Robinson [20], specifically, employed an ecological approach to explore the effectiveness of introducing a mandatory bicycle helmet law in Australia on reducing overall cyclist injury morbidity and mortality. Robinson [20] utilised population level data for injured cyclist hospital admissions and matched aggregate survey data on helmet wearing rates pre-law, first year of law and second year of law to argue that cycle helmets do not provide marked safety benefits for cyclists at the population level. Despite large increases in (mandatory) helmet use as a result of these helmet laws, the proportions of cyclists and pedestrians admitted to hospital for head injuries followed a similar, declining trend. As such, Robinson [20] attributed the observed reduction in cyclists with head injuries to the implementation of other major road safety initiatives at the same time such as the enforcement of speed limits, drink-driving laws, treatment of accident black spots, etc. Interestingly, the greatest effect of introducing the cycle helmet law appeared to discourage cycling as the pre- and post-law surveys showed reductions in numbers of child cyclists 15 and 2.2 times greater than the increase in numbers of children wearing helmets; an observation that would seem to invalidate the condition that an IV should only affect the outcome via the exposure of interest. As another example, alcohol consumption has many, often adverse, effects on health. However, on an individual level alcohol consumption is associated with many other behaviours, such as smoking and sexual risk taking, all of which may act as confounders when causally related to a health outcome of interest. Some interventions that affect alcohol consumption, such as the “natural experiment” of the 1920–1933 prohibition in the United States of America (USA), may offer opportunities to bypass this confounding and may thus act as instrumental variables. However, for this to be valid it is essential that the population could be considered (more or less) constant so that the concepts of complier and defier make sense. This latter condition would make long term time series (years, decades) questionable.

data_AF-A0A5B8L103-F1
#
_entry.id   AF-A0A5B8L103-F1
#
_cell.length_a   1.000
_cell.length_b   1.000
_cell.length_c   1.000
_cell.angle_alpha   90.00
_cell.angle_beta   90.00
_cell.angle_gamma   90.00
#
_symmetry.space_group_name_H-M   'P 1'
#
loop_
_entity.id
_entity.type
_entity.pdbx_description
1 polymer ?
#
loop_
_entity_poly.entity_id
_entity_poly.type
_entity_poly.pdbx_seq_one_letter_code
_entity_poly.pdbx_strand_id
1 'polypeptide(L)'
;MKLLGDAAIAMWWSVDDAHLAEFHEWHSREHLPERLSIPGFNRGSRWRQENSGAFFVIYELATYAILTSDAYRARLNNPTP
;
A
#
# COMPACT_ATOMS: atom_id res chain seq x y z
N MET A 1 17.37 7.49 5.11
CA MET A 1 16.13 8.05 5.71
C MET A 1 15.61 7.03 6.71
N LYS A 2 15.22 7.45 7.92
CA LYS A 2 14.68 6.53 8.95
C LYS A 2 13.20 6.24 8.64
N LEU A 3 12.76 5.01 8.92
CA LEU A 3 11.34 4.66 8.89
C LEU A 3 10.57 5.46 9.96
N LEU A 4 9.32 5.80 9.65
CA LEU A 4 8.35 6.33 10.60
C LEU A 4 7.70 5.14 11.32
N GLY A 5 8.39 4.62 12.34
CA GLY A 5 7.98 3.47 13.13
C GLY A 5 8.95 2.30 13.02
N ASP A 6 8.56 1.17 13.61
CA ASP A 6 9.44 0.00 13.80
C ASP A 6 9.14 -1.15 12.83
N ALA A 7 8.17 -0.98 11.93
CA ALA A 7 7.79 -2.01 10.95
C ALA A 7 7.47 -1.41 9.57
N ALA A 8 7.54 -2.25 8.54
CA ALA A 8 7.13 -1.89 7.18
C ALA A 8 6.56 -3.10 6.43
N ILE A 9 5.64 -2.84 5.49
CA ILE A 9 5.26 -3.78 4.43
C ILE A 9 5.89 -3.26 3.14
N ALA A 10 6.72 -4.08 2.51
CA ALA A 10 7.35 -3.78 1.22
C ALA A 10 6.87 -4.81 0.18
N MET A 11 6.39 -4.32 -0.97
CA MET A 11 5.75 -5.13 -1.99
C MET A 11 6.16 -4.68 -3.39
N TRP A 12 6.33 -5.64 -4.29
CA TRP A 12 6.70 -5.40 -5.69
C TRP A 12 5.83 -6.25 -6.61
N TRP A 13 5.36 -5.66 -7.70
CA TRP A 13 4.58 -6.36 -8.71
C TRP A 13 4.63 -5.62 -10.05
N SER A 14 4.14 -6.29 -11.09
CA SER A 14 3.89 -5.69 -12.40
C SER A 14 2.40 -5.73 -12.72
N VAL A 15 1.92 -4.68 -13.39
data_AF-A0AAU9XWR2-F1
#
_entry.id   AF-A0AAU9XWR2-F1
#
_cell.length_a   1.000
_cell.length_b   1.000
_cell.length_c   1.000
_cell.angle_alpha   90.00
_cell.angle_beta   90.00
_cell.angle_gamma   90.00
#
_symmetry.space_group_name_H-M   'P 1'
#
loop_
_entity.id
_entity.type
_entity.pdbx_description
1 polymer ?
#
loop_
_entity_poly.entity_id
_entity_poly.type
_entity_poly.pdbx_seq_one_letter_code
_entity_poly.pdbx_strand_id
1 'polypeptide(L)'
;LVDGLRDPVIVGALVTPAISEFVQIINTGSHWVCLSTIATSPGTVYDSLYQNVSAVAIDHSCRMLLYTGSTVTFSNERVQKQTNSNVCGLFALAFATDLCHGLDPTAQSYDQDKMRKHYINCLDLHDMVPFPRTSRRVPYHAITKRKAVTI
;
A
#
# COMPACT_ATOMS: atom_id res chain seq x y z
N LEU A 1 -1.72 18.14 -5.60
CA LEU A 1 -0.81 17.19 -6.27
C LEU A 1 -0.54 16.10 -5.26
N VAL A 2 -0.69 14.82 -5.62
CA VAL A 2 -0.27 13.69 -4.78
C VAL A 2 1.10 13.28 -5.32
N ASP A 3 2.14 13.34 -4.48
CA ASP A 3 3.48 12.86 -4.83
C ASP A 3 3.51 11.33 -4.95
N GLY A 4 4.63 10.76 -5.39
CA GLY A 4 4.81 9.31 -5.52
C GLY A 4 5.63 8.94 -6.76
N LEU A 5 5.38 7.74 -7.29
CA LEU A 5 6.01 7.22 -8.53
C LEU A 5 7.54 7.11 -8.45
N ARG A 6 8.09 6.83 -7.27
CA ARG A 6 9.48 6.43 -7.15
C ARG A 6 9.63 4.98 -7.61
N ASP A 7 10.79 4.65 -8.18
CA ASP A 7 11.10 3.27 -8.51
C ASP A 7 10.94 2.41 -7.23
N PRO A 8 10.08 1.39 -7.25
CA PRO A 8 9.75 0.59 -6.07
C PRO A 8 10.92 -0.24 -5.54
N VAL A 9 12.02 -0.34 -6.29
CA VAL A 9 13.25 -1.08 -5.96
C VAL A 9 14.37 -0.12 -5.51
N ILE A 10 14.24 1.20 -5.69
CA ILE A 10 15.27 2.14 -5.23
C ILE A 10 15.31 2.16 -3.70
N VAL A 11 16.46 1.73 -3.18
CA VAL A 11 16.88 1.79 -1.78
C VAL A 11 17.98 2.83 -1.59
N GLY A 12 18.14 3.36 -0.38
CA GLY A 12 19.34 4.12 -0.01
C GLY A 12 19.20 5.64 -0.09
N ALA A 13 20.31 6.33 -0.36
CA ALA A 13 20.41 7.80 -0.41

In other ecological contexts this criterion of monotonicity may not be so simple to apply; for example, when we compare regions A and B with different populations and different ecological exposure levels X. Direct comparison of an outcome measure y between A and B may not be appropriate as A and B may have different levels of other factors C that causally influence y, and are therefore confounders or effect modifiers. Another limitation of IVs is that they only can be expected to say something about the causal effect of individual exposures xi on y if we assume that the relationship between xi and y is monotonic. Thus, any exposure that has, say, a U-shaped relationship with outcome should preferably not be the subject of ecological analysis.

Estimation

The existence of an ecological IV makes it possible to establish causality of the association between exposure and outcome, even when individual exposures are not observed but the IV for each individual is known. However, this is only a qualitative conclusion. In addition, it may also be desirable to estimate the strength of the relationship between individual exposures and outcome. When individual exposures are also measured this is straightforward using either two-stage least squares of residual insertion [21, 22]. In other situations this can be challenging especially in the context of non-linear relationships.